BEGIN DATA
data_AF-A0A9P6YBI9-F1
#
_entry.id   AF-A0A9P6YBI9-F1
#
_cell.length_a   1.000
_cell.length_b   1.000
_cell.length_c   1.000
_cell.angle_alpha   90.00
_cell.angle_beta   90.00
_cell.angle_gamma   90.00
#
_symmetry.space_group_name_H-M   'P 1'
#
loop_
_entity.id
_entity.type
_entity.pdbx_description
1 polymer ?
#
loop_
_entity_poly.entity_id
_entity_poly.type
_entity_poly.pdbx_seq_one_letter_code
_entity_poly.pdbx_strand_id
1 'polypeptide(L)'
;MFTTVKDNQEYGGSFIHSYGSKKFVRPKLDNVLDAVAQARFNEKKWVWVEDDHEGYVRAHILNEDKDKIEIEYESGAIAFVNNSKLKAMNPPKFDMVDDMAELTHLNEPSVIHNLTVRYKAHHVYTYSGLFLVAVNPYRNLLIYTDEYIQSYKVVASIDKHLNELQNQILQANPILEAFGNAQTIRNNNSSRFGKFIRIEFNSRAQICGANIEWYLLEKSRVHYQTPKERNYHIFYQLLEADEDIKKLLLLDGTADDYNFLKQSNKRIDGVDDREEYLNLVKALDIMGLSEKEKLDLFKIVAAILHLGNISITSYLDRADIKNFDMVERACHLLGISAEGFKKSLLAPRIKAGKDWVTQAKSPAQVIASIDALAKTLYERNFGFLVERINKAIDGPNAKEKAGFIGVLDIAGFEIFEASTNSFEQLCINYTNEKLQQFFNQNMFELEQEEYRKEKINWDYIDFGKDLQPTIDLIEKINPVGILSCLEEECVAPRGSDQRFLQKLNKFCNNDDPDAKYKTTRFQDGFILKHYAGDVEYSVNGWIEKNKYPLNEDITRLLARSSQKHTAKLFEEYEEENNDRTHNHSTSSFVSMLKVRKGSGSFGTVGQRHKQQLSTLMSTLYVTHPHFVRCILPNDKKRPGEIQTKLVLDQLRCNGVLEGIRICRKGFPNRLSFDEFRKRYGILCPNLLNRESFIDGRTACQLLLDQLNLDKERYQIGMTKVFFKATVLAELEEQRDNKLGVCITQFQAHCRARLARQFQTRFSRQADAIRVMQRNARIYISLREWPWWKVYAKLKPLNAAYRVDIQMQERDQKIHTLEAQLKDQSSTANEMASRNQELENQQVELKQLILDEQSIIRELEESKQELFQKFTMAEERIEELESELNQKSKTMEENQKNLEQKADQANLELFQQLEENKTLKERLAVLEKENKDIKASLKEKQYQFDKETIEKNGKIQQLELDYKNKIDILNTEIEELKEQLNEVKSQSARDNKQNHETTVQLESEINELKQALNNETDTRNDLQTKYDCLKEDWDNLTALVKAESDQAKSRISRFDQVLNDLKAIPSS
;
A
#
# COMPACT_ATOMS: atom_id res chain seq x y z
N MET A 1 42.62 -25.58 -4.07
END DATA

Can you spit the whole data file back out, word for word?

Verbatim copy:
data_AF-A0A9P6YBI9-F1
#
_entry.id   AF-A0A9P6YBI9-F1
#
_cell.length_a   1.000
_cell.length_b   1.000
_cell.length_c   1.000
_cell.angle_alpha   90.00
_cell.angle_beta   90.00
_cell.angle_gamma   90.00
#
_symmetry.space_group_name_H-M   'P 1'
#
loop_
_entity.id
_entity.type
_entity.pdbx_description
1 polymer ?
#
loop_
_entity_poly.entity_id
_entity_poly.type
_entity_poly.pdbx_seq_one_letter_code
_entity_poly.pdbx_strand_id
1 'polypeptide(L)'
;MFTTVKDNQEYGGSFIHSYGSKKFVRPKLDNVLDAVAQARFNEKKWVWVEDDHEGYVRAHILNEDKDKIEIEYESGAIAFVNNSKLKAMNPPKFDMVDDMAELTHLNEPSVIHNLTVRYKAHHVYTYSGLFLVAVNPYRNLLIYTDEYIQSYKVVASIDKHLNELQNQILQANPILEAFGNAQTIRNNNSSRFGKFIRIEFNSRAQICGANIEWYLLEKSRVHYQTPKERNYHIFYQLLEADEDIKKLLLLDGTADDYNFLKQSNKRIDGVDDREEYLNLVKALDIMGLSEKEKLDLFKIVAAILHLGNISITSYLDRADIKNFDMVERACHLLGISAEGFKKSLLAPRIKAGKDWVTQAKSPAQVIASIDALAKTLYERNFGFLVERINKAIDGPNAKEKAGFIGVLDIAGFEIFEASTNSFEQLCINYTNEKLQQFFNQNMFELEQEEYRKEKINWDYIDFGKDLQPTIDLIEKINPVGILSCLEEECVAPRGSDQRFLQKLNKFCNNDDPDAKYKTTRFQDGFILKHYAGDVEYSVNGWIEKNKYPLNEDITRLLARSSQKHTAKLFEEYEEENNDRTHNHSTSSFVSMLKVRKGSGSFGTVGQRHKQQLSTLMSTLYVTHPHFVRCILPNDKKRPGEIQTKLVLDQLRCNGVLEGIRICRKGFPNRLSFDEFRKRYGILCPNLLNRESFIDGRTACQLLLDQLNLDKERYQIGMTKVFFKATVLAELEEQRDNKLGVCITQFQAHCRARLARQFQTRFSRQADAIRVMQRNARIYISLREWPWWKVYAKLKPLNAAYRVDIQMQERDQKIHTLEAQLKDQSSTANEMASRNQELENQQVELKQLILDEQSIIRELEESKQELFQKFTMAEERIEELESELNQKSKTMEENQKNLEQKADQANLELFQQLEENKTLKERLAVLEKENKDIKASLKEKQYQFDKETIEKNGKIQQLELDYKNKIDILNTEIEELKEQLNEVKSQSARDNKQNHETTVQLESEINELKQALNNETDTRNDLQTKYDCLKEDWDNLTALVKAESDQAKSRISRFDQVLNDLKAIPSS
;
A
#
# COMPACT_ATOMS: atom_id res chain seq x y z
N MET A 1 42.62 -25.58 -4.07